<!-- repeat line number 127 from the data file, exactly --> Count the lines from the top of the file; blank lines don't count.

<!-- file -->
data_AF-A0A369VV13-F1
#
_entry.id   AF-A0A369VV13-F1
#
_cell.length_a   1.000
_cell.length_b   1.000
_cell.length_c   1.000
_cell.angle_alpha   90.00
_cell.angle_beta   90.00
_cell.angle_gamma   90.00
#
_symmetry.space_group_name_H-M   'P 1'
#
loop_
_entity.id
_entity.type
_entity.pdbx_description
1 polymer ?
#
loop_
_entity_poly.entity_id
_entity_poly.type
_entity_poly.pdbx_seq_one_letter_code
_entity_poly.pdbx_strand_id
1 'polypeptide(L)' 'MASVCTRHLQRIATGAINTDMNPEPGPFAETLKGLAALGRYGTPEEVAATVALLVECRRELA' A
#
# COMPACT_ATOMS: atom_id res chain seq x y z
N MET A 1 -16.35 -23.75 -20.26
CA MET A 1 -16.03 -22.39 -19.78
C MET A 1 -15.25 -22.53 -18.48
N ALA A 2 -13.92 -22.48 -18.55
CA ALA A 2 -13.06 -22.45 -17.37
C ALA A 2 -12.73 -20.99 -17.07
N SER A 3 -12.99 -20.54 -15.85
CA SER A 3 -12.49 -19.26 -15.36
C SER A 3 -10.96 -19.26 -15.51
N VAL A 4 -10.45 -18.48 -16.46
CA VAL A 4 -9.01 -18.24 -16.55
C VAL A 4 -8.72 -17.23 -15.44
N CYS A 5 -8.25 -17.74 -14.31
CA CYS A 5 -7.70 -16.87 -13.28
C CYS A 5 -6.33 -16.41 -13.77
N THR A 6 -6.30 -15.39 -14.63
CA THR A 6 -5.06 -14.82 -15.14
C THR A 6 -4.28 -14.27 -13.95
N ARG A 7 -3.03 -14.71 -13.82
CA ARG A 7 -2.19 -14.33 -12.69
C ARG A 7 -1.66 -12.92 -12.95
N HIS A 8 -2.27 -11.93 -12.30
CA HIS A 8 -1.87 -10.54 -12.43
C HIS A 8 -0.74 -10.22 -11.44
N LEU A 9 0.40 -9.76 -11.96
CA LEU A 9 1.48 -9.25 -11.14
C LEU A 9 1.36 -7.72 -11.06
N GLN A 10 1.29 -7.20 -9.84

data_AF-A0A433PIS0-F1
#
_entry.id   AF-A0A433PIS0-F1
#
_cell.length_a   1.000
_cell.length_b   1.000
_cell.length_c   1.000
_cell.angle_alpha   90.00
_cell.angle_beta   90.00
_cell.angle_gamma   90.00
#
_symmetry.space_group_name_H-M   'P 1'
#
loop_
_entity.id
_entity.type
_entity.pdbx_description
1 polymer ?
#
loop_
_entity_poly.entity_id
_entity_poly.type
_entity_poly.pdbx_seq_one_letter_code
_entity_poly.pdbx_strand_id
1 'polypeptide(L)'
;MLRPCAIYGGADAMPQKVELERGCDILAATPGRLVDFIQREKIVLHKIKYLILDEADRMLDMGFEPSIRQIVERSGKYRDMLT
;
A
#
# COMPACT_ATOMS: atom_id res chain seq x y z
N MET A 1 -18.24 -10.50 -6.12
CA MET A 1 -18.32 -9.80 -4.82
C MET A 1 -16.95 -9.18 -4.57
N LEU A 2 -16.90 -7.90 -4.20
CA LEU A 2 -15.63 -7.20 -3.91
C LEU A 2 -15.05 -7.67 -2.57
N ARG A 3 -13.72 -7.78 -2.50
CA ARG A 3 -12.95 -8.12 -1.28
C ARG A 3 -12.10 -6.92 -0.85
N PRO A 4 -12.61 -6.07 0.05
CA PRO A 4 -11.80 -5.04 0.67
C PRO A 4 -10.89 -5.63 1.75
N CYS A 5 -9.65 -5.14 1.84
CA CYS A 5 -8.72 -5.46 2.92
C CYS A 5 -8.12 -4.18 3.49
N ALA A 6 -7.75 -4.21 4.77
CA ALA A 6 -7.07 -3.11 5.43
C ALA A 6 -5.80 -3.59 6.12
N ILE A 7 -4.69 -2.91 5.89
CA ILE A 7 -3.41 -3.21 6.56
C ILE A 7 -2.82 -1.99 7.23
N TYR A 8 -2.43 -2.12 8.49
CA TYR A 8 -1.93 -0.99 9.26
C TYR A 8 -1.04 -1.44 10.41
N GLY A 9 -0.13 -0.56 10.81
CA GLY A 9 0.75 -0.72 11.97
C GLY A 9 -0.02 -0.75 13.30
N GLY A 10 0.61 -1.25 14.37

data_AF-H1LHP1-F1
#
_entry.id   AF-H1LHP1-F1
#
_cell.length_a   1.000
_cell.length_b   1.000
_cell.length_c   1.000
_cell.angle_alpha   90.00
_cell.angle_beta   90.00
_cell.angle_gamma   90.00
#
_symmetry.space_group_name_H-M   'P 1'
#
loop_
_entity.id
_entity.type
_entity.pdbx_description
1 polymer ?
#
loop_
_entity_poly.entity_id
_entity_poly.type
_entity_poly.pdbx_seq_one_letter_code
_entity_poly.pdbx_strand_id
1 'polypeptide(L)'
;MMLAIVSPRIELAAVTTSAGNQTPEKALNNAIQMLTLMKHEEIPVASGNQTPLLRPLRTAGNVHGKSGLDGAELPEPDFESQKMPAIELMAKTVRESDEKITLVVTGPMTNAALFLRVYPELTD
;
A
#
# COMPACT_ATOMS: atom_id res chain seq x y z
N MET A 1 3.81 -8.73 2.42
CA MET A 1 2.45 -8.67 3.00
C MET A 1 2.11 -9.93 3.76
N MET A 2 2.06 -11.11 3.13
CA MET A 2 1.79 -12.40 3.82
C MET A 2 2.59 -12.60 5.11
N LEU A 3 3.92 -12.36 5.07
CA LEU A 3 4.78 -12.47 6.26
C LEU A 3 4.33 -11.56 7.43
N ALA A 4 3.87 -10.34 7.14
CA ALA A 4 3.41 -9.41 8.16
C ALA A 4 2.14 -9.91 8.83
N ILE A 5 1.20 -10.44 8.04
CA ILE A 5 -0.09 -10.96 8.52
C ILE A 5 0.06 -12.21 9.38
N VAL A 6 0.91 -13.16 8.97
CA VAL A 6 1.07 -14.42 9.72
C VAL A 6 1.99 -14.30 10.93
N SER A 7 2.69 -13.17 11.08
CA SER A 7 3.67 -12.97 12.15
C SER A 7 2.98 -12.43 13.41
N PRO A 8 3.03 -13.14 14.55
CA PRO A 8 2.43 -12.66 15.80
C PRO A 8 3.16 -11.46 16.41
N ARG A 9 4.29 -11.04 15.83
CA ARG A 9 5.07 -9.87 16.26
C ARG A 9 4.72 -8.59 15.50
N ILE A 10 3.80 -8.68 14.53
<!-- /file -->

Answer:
loop_